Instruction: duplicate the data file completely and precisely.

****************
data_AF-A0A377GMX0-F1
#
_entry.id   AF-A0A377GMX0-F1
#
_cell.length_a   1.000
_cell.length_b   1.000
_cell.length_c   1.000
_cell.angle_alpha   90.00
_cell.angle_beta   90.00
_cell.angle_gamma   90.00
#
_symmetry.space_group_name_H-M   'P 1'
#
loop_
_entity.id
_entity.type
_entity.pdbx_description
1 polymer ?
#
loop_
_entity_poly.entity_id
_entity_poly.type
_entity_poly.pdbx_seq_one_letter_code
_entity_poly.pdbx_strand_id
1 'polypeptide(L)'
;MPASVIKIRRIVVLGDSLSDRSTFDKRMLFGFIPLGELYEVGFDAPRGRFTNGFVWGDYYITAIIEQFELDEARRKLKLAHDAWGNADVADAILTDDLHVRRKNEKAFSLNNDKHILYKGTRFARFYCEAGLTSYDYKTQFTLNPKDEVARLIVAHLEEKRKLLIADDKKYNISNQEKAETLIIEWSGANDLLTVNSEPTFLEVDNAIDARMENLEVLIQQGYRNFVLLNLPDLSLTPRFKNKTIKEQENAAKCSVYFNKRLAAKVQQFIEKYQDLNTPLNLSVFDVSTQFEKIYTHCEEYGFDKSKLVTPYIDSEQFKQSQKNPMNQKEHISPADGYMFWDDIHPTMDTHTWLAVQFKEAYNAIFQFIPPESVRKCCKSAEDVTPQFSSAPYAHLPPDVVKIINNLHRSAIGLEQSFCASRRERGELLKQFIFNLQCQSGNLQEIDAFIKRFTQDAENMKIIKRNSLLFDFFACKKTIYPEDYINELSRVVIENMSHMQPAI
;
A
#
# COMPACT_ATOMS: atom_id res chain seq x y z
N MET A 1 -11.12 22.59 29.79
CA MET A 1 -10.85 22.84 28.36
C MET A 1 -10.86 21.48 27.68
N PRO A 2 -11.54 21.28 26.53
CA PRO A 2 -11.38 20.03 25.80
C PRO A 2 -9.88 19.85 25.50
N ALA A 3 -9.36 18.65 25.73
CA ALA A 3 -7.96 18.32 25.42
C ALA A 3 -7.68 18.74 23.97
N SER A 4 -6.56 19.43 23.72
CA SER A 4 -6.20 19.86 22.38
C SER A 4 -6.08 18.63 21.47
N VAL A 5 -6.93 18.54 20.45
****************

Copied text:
data_AF-A0A377GMX0-F1
#
_entry.id   AF-A0A377GMX0-F1
#
_cell.length_a   1.000
_cell.length_b   1.000
_cell.length_c   1.000
_cell.angle_alpha   90.00
_cell.angle_beta   90.00
_cell.angle_gamma   90.00
#
_symmetry.space_group_name_H-M   'P 1'
#
loop_
_entity.id
_entity.type
_entity.pdbx_description
1 polymer ?
#
loop_
_entity_poly.entity_id
_entity_poly.type
_entity_poly.pdbx_seq_one_letter_code
_entity_poly.pdbx_strand_id
1 'polypeptide(L)'
;MPASVIKIRRIVVLGDSLSDRSTFDKRMLFGFIPLGELYEVGFDAPRGRFTNGFVWGDYYITAIIEQFELDEARRKLKLAHDAWGNADVADAILTDDLHVRRKNEKAFSLNNDKHILYKGTRFARFYCEAGLTSYDYKTQFTLNPKDEVARLIVAHLEEKRKLLIADDKKYNISNQEKAETLIIEWSGANDLLTVNSEPTFLEVDNAIDARMENLEVLIQQGYRNFVLLNLPDLSLTPRFKNKTIKEQENAAKCSVYFNKRLAAKVQQFIEKYQDLNTPLNLSVFDVSTQFEKIYTHCEEYGFDKSKLVTPYIDSEQFKQSQKNPMNQKEHISPADGYMFWDDIHPTMDTHTWLAVQFKEAYNAIFQFIPPESVRKCCKSAEDVTPQFSSAPYAHLPPDVVKIINNLHRSAIGLEQSFCASRRERGELLKQFIFNLQCQSGNLQEIDAFIKRFTQDAENMKIIKRNSLLFDFFACKKTIYPEDYINELSRVVIENMSHMQPAI
;
A
#
# COMPACT_ATOMS: atom_id res chain seq x y z
N MET A 1 -11.12 22.59 29.79
CA MET A 1 -10.85 22.84 28.36
C MET A 1 -10.86 21.48 27.68
N PRO A 2 -11.54 21.28 26.53
CA PRO A 2 -11.38 20.03 25.80
C PRO A 2 -9.88 19.85 25.50
N ALA A 3 -9.36 18.65 25.73
CA ALA A 3 -7.96 18.32 25.42
C ALA A 3 -7.68 18.74 23.97
N SER A 4 -6.56 19.43 23.72
CA SER A 4 -6.20 19.86 22.38
C SER A 4 -6.08 18.63 21.47
N VAL A 5 -6.93 18.54 20.45